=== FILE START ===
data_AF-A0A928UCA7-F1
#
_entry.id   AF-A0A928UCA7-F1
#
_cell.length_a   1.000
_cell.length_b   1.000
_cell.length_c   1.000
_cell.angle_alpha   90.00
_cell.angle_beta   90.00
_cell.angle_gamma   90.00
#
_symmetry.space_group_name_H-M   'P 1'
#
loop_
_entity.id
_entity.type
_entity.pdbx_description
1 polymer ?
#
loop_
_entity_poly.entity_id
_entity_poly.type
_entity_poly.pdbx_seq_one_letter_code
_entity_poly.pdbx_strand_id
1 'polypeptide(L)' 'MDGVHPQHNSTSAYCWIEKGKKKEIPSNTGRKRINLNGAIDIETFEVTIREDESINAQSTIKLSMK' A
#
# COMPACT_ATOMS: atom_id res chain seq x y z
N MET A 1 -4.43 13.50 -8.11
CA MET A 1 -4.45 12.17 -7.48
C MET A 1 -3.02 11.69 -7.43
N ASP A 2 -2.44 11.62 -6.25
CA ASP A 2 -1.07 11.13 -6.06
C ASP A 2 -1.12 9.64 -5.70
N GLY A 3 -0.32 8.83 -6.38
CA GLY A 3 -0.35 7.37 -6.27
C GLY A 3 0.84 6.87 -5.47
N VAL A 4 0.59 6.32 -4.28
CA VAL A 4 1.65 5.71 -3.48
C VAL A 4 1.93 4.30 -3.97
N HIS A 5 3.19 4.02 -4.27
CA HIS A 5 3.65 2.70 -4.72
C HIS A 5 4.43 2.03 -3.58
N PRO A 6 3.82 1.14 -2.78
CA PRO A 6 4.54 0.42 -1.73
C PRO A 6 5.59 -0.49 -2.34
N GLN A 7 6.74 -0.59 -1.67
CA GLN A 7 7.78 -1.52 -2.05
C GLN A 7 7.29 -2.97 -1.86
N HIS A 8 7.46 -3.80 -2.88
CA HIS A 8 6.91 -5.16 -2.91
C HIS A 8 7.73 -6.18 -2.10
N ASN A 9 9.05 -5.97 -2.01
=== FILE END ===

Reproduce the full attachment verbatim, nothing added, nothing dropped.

data_AF-A0A928UCA7-F1
#
_entry.id   AF-A0A928UCA7-F1
#
_cell.length_a   1.000
_cell.length_b   1.000
_cell.length_c   1.000
_cell.angle_alpha   90.00
_cell.angle_beta   90.00
_cell.angle_gamma   90.00
#
_symmetry.space_group_name_H-M   'P 1'
#
loop_
_entity.id
_entity.type
_entity.pdbx_description
1 polymer ?
#
loop_
_entity_poly.entity_id
_entity_poly.type
_entity_poly.pdbx_seq_one_letter_code
_entity_poly.pdbx_strand_id
1 'polypeptide(L)' 'MDGVHPQHNSTSAYCWIEKGKKKEIPSNTGRKRINLNGAIDIETFEVTIREDESINAQSTIKLSMK' A
#
# COMPACT_ATOMS: atom_id res chain seq x y z
N MET A 1 -4.43 13.50 -8.11
CA MET A 1 -4.45 12.17 -7.48
C MET A 1 -3.02 11.69 -7.43
N ASP A 2 -2.44 11.62 -6.25
CA ASP A 2 -1.07 11.13 -6.06
C ASP A 2 -1.12 9.64 -5.70
N GLY A 3 -0.32 8.83 -6.38
CA GLY A 3 -0.35 7.37 -6.27
C GLY A 3 0.84 6.87 -5.47
N VAL A 4 0.59 6.32 -4.28
CA VAL A 4 1.65 5.71 -3.48
C VAL A 4 1.93 4.30 -3.97
N HIS A 5 3.19 4.02 -4.27
CA HIS A 5 3.65 2.70 -4.72
C HIS A 5 4.43 2.03 -3.58
N PRO A 6 3.82 1.14 -2.78
CA PRO A 6 4.54 0.42 -1.73
C PRO A 6 5.59 -0.49 -2.34
N GLN A 7 6.74 -0.59 -1.67
CA GLN A 7 7.78 -1.52 -2.05
C GLN A 7 7.29 -2.97 -1.86
N HIS A 8 7.46 -3.80 -2.88
CA HIS A 8 6.91 -5.16 -2.91
C HIS A 8 7.73 -6.18 -2.10
N ASN A 9 9.05 -5.97 -2.01